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New Klebsiella strains 'worst-case scenario

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arirish View Drop Down
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    Posted: September 09 2017 at 8:41am

New Klebsiella strains 'worst-case scenario,' experts say

Chris Dall | News Reporter | CIDRAP News | Sep 08, 2017

Infectious disease experts are calling the emergence of hypervirulent, multidrug-resistant and highly transmissible strains of Klebsiella pneumoniae described in a recent paper by Chinese scientists an alarming and worrisome development that could be a sign of things to come.

The paper, published last week in the Lancet Infectious Diseases, described a ventilator-associated pneumonia outbreak among five patients in an intensive care unit (ICU) at a hospital in Hangzhou, China. The five patients, who had suffered severe trauma from car accidents and other incidents, developed pneumonia after undergoing multiple surgeries, did not respond to any antibiotic treatment, and died over the course of several weeks from severe lung infection, multi-organ failure, or septic shock.

Further investigation of the cases revealed the pneumonia had been caused by strains of K pneumoniae bacteria that are a common cause of infection in Asia, but unlike any the investigators had previously seen in healthcare settings, harboring both antibiotic resistance genes and hypervirulence genes—a combination of K pneumoniae that causes severe, quick-developing, and deadly infections and is nearly impossible to treat with currently available drugs.

The authors of the paper called these new strains, which they also found in a small percentage of K pneumoniae samples from other Chinese hospitals, a "real superbug" that is an imminent threat to public health. The authors of an accompanying commentary called the findings "an alarming evolutionary event." And experts who've spoken with CIDRAP News about the study share these concerns.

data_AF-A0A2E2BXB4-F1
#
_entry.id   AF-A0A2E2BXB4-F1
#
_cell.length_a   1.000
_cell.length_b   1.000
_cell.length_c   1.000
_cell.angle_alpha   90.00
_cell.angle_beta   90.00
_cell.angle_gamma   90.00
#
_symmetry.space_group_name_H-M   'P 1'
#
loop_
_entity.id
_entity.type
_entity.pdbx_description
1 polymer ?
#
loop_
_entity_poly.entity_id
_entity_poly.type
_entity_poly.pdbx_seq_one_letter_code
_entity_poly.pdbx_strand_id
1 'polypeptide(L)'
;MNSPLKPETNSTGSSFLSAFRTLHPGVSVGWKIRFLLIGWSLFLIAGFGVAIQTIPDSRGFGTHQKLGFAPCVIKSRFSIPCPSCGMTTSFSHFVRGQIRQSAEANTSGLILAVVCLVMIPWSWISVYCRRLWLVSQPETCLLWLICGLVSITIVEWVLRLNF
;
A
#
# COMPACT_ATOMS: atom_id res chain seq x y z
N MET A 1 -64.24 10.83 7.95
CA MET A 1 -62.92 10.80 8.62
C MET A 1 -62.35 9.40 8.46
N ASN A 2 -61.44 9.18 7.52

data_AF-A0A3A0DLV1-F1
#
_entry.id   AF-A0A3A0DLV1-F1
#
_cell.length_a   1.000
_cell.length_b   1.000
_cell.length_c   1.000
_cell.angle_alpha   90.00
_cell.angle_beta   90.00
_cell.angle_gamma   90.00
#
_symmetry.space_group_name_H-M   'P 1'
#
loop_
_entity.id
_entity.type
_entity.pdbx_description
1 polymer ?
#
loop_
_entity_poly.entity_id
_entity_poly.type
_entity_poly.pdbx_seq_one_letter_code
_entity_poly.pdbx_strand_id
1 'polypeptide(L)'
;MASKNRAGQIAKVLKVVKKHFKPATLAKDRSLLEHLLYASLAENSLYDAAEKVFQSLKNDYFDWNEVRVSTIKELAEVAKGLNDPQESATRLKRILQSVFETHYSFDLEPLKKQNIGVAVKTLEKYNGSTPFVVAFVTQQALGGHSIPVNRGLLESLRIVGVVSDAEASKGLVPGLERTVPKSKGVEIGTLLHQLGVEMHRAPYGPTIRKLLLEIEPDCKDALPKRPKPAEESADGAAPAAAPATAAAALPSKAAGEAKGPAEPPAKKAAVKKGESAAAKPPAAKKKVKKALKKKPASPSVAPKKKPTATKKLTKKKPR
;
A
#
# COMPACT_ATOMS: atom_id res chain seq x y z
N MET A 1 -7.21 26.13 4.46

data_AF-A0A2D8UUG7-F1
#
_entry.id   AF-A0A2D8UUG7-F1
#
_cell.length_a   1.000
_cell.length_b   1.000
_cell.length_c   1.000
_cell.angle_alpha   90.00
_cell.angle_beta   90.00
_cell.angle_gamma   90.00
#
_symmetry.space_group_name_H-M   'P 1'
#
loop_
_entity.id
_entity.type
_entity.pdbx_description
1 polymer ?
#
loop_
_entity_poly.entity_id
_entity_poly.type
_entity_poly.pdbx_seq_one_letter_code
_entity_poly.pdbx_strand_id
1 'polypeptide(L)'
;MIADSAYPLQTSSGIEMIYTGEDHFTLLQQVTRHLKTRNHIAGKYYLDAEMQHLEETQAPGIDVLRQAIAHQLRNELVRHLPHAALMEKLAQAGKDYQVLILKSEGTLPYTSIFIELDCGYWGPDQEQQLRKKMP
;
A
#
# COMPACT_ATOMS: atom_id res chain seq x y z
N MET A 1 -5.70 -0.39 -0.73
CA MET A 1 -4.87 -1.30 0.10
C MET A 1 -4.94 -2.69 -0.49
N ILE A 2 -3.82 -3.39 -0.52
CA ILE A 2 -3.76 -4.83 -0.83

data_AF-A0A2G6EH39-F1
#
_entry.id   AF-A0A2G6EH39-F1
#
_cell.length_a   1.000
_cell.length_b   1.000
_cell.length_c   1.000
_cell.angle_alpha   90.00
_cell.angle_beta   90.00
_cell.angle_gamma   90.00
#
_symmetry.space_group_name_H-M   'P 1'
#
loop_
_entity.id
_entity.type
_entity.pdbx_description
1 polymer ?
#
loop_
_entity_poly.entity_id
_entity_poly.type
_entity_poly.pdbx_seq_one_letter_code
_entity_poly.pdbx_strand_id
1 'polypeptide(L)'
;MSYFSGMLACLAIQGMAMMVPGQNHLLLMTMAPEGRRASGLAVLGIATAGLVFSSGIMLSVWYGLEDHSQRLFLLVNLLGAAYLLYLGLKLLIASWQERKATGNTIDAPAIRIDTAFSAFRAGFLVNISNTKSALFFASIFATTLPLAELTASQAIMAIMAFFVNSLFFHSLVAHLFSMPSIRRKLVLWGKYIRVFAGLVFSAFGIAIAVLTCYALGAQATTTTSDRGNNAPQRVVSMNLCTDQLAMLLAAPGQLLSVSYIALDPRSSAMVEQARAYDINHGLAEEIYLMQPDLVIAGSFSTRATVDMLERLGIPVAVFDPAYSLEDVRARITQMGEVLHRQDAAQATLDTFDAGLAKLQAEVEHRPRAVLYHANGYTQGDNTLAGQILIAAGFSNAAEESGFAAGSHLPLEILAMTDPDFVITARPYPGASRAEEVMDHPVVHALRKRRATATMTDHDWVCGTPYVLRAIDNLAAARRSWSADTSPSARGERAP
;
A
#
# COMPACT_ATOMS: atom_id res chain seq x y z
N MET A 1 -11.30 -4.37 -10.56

"The fatal outbreak of a hypervirulent and hyper-resistant strain of Klebsiella pneumoniae in a Chinese ICU represents a worst-case scenario in which both resistance elements and virulence factors appeared in the same strain of bacteria," Amesh Adalja, MD, a senior associate at the Johns Hopkins University Center for Health Security, said. "The situation highlights the dire threat of antibiotic resistance and is a harbinger of the future if current trends continue."

More severe than typical pneumonia infections

Ventilator-associated pneumonia caused by drug-resistant bacteria is fairly common in healthcare facilities, especially among patients with severely compromised immune systems. And such infections can frequently be deadly, with mortality rates as high as 50%. But Sheng Chen, PhD, lead author of the study and a microbiologist at Hong Kong Polytechnic University, said that the pneumonia in these five patients was different.

"We felt that the pneumonia in these patients was more severe than typical pneumonia infections," he said.

Chen and his colleagues identified the K pneumoniae bacteria that were the underlying cause of the infections as belonging to sequence type (ST) 11, a lineage that's responsible for 60% of K pneumoniae infections in Asia and is known to harbor genes that confer resistance to carbapenems and other beta-lactam antibiotics. And they all appear to have emerged and spread from a single clone found in an index patient, who was admitted to the ICU in February 2016.